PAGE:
Cloaks and dollars: World Bank’s $1bn, VAT, and misalignment within government

Doaa Farid
16 Min Read

In December 2015, Egypt and the World Bank Group agreed to a controversial $1bn loan that was announced to fund Egypt’s economic reforms, concomitantly publishing the conditions of the loan agreement.

The status of the loan however remains cloaked in obscurity with various government figures having offered countervailing accounts regarding everything from whether the loans have been received two reasons for an alleged delay.

Outside official government accounts however, there seems to be a discrepancy between the parameters of the official World Bank agreement and certain developments in Egypt’s politico-economic terrain. In February, Mada Masr published a document that was putatively leaked from the office of the president that urged the House of Representatives to pass the value added tax (VAT).

There are two key economic reforms, the VAT and the Civil Service Law, the latter of which restructures the public employee sector and was overturned during the parliament’s review of more than 300 decrees issued in its absence. They will address the World Bank’s conditions yet to be addressed by the parliament amid a volatile and highly contested in the first months in office.

It would seem that excepting these reforms, the loan cannot be dispersed. What follows is an attempt to provide an account of the brief history of the loan agreements, negotiations surrounding VAT, and the implications of parliamentary intransigence.

The loan’s origin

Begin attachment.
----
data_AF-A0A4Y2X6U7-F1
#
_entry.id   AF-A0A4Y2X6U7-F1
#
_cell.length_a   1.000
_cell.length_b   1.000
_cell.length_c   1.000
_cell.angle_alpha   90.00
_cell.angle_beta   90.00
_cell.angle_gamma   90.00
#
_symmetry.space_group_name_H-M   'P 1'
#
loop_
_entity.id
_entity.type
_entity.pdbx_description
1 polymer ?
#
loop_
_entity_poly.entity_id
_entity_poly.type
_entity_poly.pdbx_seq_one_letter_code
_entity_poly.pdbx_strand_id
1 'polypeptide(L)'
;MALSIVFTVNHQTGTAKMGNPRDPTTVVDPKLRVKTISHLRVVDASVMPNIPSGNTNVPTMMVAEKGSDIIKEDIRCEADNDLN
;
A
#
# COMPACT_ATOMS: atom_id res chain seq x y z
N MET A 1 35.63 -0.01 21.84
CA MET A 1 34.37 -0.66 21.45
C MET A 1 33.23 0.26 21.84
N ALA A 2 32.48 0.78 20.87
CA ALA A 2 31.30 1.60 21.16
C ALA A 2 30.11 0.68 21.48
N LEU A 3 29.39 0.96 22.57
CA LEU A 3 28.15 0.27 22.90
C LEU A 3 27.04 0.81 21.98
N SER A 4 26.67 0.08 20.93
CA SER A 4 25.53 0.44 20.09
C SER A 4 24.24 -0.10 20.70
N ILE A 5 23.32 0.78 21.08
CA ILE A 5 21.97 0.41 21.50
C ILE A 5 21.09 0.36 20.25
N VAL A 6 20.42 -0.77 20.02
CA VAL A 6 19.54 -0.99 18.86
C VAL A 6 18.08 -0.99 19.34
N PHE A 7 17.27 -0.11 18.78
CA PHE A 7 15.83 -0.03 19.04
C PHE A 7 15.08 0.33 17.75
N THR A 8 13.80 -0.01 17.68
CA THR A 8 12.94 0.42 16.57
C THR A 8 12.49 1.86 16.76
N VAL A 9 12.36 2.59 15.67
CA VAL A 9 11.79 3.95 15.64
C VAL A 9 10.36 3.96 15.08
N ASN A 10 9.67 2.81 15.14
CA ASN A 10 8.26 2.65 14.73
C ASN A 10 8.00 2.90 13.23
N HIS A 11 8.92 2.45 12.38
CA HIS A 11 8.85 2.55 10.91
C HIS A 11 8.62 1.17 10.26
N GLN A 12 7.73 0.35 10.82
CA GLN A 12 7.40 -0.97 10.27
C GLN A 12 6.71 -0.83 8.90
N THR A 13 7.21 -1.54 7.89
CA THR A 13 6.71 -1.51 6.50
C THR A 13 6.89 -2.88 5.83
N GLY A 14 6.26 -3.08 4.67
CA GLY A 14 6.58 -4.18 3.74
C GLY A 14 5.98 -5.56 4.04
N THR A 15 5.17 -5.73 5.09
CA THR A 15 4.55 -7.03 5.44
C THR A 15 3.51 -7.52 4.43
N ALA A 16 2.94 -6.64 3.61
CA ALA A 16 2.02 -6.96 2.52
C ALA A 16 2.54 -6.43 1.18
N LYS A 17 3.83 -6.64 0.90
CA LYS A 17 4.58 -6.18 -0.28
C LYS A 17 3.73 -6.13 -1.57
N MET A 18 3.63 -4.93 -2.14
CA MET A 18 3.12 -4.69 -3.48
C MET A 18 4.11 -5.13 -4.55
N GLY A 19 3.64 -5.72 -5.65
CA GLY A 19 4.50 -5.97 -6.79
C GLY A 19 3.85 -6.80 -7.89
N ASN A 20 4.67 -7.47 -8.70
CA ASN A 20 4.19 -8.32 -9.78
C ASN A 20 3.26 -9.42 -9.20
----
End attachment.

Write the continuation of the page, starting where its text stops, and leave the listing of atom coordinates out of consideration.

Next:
In December 2015, the World Bank Group endorsed a new Country Partnership Framework (CPF) for 2015-2019 which was issued to support “Egypt during a critical period of economic and social transformation”, according to the financial organisation’s official account .

Under this programme, Egypt acquired approval for two loans, one from the World Bank and one African Development Bank (AfDB) that were valued at a cumulative $4.5bn, with $3bn to come from the World Bank and $1.5bn from the AfDB. The loans were expected to be disbursed over a three-year period as soft loans with an interest rate of 1.68%, a repayment period of 35 years and a grace period of five years.

Members of the Egyptian government called securing this loan a coup. Earlier this month, Minister of Investment Ashraf Salman explained that unlike usual funds Egypt receives from the World Bank, which are delimited to a specific use, the new loan was support the general budget, allowing for broad implementation measures.

“Hats off to the Minister of International Cooperation for the ‘miracle’ of the World Bank loan,” Salman said. At the time, he stated that dispersal mechanisms for the first segment of the loan were proceeding efficiently.

However increasingly, government figures have provided countervailing accounts of the status of the loan’s dispersal. On 1 January 2016, Minister of International Cooperation Sahar Nasr, who signed the loan and who was also a former World Bank economist, announced that the $1bn had been disbursed.

A few days later however, Governor of the Central Bank of Egypt (CBE) Tarek Amer said the loan had not been received yet, which prompted Nasr to explain the delay had been caused “executive procedures”.

Citing unnamed government officials, local media reported on 22 February that the government will use the $1bn to pay its debts owed to foreign oil companies.

Despite the approved loan, the World Bank has lowered its forecast for GDP growth in Egypt from 4.2%, in FY 2014/2015 to 3.8% in the current fiscal year, a drop by 0.7 percentile points from its prior prediction in June 2015.

Announced conditions of the World Bank

“The World Bank and any other international institution must place conditions for any loan it gives out,” acting Executive Director and Director of Research at the Egyptian Centre for Economic Studies Omneia Helmy said. “[The World Bank] can make sure that Egypt will be able to pay back the loan.”

The loan agreement between Egypt and the World Bank $1bn made provision for the following goals:

  • Advancing fiscal consolidation through higher revenue collection;
  • Moderating the growth of the wage bill;
  • Improving debt management;
  • Ensuring sustainable energy supply through private sector management;